Item 1531 - Address by HE Dr Vincent Zulu, on behalf of Former President Nelson Mandela during the Global Conference on Peace through Tourism

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ZA COM MR-S-1531


Address by HE Dr Vincent Zulu, on behalf of Former President Nelson Mandela during the Global Conference on Peace through Tourism


  • 2000-11-09 (Creation)

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Transcription of speech made by Mr Mandela

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(18 July 1918-5 December 2013)

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Migrated from the Nelson Mandela Speeches Database (Sep-2018).

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Global Conference on Peace through Tourism

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  • English

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Speech is read by Vincent Zulu on behalf of Nelson Mandela

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It is a great honour to be able to participate in this important effort at the promotion of peace and to share the occasion with such esteemed luminaries - men and women who in their lives have made decisive contributions to peace.
That this is the United Nation's Year for the Culture of Peace and this Summit takes place in support of that UN effort lends even greater moment to the occasion. Our view on the centrality of the world body and its organs for bringing about and keeping peace in the world is widely known and documented. It is therefore for me a very special privilege and honour to appear here in support of those efforts.

That we meet here in Amman, an important capital of the Middle East, to discuss the promotion of peace, is very significant right at this moment. Nowhere can the urgent need for lasting and just peace be more forcefully demonstrated than currently in this region. It is fitting and appropriate that this Summit takes place here now. The political and security situation in the immediate environs of this meeting may spur us on to renewed and redoubled commitment to the search for peace.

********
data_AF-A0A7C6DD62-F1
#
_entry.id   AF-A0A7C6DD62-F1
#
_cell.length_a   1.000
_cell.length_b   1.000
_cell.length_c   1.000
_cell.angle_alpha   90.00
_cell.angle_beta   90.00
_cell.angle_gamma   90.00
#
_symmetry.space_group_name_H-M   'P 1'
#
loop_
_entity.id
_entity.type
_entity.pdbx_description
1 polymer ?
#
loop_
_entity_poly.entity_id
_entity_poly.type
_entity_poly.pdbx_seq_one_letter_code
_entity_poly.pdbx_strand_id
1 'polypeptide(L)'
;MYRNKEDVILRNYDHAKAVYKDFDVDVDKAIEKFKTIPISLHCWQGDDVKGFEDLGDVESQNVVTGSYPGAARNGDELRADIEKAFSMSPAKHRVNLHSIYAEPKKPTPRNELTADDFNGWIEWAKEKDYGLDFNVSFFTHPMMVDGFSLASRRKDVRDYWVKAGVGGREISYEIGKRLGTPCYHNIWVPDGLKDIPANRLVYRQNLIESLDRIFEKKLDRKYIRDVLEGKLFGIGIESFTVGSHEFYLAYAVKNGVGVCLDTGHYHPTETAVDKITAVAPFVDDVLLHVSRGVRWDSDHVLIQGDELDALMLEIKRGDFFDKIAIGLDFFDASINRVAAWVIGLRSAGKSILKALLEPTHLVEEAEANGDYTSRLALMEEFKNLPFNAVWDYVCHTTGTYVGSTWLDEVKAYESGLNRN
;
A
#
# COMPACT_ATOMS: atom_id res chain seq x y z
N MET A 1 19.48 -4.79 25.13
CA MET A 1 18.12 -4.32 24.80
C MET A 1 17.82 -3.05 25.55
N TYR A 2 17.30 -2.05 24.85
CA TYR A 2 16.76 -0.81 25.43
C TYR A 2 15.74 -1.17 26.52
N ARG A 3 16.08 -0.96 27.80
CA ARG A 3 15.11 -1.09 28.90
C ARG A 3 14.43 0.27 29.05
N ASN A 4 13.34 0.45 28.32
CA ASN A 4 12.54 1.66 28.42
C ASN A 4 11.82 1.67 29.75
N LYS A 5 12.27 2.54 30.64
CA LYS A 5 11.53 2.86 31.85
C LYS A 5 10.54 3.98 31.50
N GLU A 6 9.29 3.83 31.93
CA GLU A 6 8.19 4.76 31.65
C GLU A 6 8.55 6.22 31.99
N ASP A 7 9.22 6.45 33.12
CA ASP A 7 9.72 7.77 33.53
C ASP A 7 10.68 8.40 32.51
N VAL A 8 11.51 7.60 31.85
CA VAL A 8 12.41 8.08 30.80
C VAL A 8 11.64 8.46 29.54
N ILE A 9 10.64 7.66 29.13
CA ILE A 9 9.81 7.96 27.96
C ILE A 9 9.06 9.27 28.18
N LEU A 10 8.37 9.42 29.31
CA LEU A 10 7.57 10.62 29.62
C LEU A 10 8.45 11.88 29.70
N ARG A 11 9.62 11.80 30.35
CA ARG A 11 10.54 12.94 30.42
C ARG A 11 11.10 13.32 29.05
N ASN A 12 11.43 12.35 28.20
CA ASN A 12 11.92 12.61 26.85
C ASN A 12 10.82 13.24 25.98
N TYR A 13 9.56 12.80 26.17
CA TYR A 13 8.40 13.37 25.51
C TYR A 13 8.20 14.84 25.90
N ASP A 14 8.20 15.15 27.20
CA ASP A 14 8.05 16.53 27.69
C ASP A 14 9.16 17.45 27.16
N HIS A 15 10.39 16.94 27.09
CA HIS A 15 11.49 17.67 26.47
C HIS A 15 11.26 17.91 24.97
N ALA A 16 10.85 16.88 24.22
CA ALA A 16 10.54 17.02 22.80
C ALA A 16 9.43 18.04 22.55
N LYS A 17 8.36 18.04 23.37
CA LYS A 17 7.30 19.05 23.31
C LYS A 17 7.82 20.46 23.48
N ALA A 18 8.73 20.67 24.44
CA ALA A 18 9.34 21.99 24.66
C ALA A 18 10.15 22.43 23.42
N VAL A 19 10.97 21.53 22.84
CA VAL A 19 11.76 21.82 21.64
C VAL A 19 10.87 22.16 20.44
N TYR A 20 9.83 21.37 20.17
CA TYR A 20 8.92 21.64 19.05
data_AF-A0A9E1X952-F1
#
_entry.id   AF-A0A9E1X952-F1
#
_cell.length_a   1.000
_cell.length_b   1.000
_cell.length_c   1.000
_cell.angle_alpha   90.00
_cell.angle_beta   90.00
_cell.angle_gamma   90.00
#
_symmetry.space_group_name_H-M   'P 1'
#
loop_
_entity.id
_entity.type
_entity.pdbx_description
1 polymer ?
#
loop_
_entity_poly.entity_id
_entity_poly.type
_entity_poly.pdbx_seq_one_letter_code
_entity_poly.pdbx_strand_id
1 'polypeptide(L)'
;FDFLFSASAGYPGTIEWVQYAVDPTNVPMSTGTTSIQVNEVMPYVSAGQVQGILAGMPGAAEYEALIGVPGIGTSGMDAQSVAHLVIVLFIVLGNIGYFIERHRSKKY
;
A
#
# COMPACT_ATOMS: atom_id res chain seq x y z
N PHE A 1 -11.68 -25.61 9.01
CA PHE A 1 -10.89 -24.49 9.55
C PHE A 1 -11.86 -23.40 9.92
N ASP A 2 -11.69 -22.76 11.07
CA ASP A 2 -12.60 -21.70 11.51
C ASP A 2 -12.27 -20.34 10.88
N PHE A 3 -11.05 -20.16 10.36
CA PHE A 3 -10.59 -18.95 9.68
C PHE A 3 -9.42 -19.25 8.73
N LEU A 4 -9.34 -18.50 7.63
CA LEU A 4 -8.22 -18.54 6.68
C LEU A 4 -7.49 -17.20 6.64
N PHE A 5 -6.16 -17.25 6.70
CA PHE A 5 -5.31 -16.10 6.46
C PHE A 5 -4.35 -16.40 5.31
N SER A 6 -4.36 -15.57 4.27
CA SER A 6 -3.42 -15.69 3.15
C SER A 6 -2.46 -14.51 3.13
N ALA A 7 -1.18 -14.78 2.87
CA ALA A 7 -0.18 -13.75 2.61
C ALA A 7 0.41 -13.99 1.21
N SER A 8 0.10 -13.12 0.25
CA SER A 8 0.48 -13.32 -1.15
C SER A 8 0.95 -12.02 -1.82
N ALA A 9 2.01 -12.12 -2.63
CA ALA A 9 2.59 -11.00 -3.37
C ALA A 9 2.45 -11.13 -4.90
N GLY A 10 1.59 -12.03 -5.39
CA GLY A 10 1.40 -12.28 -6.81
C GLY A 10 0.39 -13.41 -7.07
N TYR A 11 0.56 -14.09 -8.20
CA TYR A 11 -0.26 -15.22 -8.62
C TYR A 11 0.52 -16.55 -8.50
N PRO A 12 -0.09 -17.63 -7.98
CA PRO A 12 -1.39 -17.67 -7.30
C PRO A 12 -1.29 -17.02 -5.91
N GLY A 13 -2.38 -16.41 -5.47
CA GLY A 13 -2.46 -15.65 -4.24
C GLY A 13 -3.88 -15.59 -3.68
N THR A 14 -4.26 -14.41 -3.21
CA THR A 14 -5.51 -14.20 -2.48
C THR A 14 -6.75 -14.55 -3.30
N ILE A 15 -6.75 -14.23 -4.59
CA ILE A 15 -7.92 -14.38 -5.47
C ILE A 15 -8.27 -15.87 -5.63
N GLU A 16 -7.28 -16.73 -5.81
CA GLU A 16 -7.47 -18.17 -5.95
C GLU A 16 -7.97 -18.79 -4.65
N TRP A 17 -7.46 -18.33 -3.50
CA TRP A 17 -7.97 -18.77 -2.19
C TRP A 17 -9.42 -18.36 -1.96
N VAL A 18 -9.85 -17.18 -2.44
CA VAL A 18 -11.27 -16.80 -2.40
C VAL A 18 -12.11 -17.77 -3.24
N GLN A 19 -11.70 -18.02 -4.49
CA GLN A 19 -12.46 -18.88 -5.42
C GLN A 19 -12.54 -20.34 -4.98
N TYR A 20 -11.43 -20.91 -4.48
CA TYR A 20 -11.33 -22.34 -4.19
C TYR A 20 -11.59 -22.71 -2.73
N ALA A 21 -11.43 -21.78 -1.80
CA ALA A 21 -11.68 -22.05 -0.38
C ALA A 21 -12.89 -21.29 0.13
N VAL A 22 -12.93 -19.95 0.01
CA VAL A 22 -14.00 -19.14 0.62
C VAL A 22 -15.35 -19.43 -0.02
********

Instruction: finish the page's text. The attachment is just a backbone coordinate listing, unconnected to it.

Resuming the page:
Conflict, violence, warfare and instability still plague too many parts of our world. The suffering inflicted, and more often than not on the most vulnerable sectors of society, demeans all of us as humanity. That it is invariably women, children, the aged and disabled who suffer in these conflicts stands to the added shame of humankind.

Where these conditions of destructive conflict reign, the opportunities for development diminish. The infrastructure for serving the people and developing the economy is being destroyed or put under severe strain. Resources that should have gone to health care, education, housing and a general improvement of the lives of the citizenry are being wasted and squandered.

The responsibility for achieving peace is in the first place upon those who are in positions of leadership in any of the conflict situations. It is to our eternal disgrace that so many people who call themselves leaders sacrifice the well-being of their people - something that should be of primary concern to them - in pursuit of selfish power, no matter how well those motives may be rationalised.